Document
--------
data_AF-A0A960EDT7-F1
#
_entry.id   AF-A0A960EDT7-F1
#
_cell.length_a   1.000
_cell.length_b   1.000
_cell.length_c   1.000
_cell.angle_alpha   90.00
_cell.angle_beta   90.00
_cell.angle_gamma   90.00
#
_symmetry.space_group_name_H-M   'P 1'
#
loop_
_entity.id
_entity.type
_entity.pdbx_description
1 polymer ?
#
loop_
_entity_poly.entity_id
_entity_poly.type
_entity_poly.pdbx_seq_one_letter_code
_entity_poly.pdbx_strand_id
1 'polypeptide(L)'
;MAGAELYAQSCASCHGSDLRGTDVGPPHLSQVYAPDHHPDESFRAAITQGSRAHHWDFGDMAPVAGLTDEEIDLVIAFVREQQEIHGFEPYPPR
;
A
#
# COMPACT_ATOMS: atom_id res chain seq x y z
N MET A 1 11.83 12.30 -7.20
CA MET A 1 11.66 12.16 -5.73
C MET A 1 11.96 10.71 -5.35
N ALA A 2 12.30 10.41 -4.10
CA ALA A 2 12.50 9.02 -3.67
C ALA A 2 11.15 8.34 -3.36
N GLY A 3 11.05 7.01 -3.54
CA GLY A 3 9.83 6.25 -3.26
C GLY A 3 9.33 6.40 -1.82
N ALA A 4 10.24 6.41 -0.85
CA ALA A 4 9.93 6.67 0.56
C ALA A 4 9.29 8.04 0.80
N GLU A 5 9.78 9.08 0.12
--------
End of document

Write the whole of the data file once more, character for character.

data_AF-A0A960EDT7-F1
#
_entry.id   AF-A0A960EDT7-F1
#
_cell.length_a   1.000
_cell.length_b   1.000
_cell.length_c   1.000
_cell.angle_alpha   90.00
_cell.angle_beta   90.00
_cell.angle_gamma   90.00
#
_symmetry.space_group_name_H-M   'P 1'
#
loop_
_entity.id
_entity.type
_entity.pdbx_description
1 polymer ?
#
loop_
_entity_poly.entity_id
_entity_poly.type
_entity_poly.pdbx_seq_one_letter_code
_entity_poly.pdbx_strand_id
1 'polypeptide(L)'
;MAGAELYAQSCASCHGSDLRGTDVGPPHLSQVYAPDHHPDESFRAAITQGSRAHHWDFGDMAPVAGLTDEEIDLVIAFVREQQEIHGFEPYPPR
;
A
#
# COMPACT_ATOMS: atom_id res chain seq x y z
N MET A 1 11.83 12.30 -7.20
CA MET A 1 11.66 12.16 -5.73
C MET A 1 11.96 10.71 -5.35
N ALA A 2 12.30 10.41 -4.10
CA ALA A 2 12.50 9.02 -3.67
C ALA A 2 11.15 8.34 -3.36
N GLY A 3 11.05 7.01 -3.54
CA GLY A 3 9.83 6.25 -3.26
C GLY A 3 9.33 6.40 -1.82
N ALA A 4 10.24 6.41 -0.85
CA ALA A 4 9.93 6.67 0.56
C ALA A 4 9.29 8.04 0.80
N GLU A 5 9.78 9.08 0.12